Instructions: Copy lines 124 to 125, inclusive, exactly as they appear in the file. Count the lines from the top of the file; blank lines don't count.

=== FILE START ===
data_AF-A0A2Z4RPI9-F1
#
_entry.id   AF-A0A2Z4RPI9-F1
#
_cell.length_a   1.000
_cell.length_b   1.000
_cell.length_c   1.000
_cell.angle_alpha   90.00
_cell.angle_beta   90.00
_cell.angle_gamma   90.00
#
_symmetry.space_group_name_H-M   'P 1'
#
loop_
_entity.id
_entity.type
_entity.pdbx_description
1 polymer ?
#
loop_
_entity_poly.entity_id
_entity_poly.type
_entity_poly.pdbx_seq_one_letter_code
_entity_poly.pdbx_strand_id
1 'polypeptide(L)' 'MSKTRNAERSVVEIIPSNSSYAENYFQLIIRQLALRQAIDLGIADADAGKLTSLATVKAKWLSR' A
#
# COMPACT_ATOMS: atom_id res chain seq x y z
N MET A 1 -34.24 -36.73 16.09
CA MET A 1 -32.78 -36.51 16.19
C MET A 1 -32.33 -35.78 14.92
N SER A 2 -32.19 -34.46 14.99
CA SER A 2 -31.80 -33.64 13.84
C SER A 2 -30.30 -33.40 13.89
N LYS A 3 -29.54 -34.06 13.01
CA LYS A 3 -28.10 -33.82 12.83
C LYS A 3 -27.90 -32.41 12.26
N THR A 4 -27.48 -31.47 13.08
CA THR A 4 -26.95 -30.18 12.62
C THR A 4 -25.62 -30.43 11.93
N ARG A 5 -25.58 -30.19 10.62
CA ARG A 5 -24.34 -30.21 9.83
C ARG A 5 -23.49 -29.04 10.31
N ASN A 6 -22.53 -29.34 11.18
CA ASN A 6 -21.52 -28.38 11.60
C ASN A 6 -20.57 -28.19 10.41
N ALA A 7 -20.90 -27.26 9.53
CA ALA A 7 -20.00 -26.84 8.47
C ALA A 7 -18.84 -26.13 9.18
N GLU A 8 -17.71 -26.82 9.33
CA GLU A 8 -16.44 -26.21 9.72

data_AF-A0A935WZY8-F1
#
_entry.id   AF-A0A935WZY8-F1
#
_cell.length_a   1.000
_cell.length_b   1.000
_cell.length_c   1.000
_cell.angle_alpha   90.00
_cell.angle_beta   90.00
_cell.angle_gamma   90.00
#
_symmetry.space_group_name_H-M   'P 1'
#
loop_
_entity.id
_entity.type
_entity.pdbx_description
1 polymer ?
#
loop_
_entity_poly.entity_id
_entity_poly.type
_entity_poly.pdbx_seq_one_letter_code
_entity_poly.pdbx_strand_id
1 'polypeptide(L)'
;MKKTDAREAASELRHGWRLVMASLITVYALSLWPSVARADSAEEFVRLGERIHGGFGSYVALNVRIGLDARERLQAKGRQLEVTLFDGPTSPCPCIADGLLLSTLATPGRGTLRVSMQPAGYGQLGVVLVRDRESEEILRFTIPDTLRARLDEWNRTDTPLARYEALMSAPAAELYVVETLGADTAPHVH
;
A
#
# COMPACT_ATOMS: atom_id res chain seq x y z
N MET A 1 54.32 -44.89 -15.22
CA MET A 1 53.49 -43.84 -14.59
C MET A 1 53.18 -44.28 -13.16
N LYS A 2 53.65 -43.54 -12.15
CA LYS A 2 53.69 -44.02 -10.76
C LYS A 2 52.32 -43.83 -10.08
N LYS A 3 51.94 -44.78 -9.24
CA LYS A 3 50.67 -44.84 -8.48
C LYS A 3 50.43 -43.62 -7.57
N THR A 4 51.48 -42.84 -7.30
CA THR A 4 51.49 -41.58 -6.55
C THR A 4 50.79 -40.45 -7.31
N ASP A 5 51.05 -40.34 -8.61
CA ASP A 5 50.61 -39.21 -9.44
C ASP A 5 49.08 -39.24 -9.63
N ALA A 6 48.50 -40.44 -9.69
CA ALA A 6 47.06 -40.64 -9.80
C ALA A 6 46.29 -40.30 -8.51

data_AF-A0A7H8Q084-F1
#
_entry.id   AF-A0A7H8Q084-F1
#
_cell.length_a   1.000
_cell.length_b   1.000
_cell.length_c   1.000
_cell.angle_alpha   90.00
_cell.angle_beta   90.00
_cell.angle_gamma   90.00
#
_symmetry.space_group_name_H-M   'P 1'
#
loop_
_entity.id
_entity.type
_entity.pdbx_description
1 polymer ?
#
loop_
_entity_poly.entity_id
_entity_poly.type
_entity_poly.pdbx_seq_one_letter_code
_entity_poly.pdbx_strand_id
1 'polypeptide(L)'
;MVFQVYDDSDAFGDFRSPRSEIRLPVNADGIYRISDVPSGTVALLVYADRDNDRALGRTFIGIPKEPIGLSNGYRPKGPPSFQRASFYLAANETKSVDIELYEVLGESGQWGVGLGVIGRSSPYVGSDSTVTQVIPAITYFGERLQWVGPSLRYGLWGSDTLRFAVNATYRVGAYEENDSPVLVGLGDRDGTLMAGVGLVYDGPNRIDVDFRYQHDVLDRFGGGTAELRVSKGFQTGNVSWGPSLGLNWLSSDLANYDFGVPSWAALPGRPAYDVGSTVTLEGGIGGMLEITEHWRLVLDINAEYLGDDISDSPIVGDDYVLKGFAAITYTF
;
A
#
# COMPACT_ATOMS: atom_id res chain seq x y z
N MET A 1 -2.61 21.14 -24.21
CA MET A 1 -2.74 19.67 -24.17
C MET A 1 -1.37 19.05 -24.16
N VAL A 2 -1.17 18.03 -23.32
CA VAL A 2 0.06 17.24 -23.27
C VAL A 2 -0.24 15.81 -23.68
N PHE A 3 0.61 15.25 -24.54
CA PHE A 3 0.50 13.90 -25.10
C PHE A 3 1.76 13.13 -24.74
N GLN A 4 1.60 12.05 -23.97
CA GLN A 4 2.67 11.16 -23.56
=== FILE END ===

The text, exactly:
;MVFQVYDDSDAFGDFRSPRSEIRLPVNADGIYRISDVPSGTVALLVYADRDNDRALGRTFIGIPKEPIGLSNGYRPKGPPSFQRASFYLAANETKSVDIELYEVLGESGQWGVGLGVIGRSSPYVGSDSTVTQVIPAITYFGERLQWVGPSLRYGLWGSDTLRFAVNATYRVGAYEENDSPVLVGLGDRDGTLMAGVGLVYDGPNRIDVDFRYQHDVLDRFGGGTAELRVSKGFQTGNVSWGPSLGLNWLSSDLANYDFGVPSWAALPGRPAYDVGSTVTLEGGIGGMLEITEHWRLVLDINAEYLGDDISDSPIVGDDYVLKGFAAITYTF
;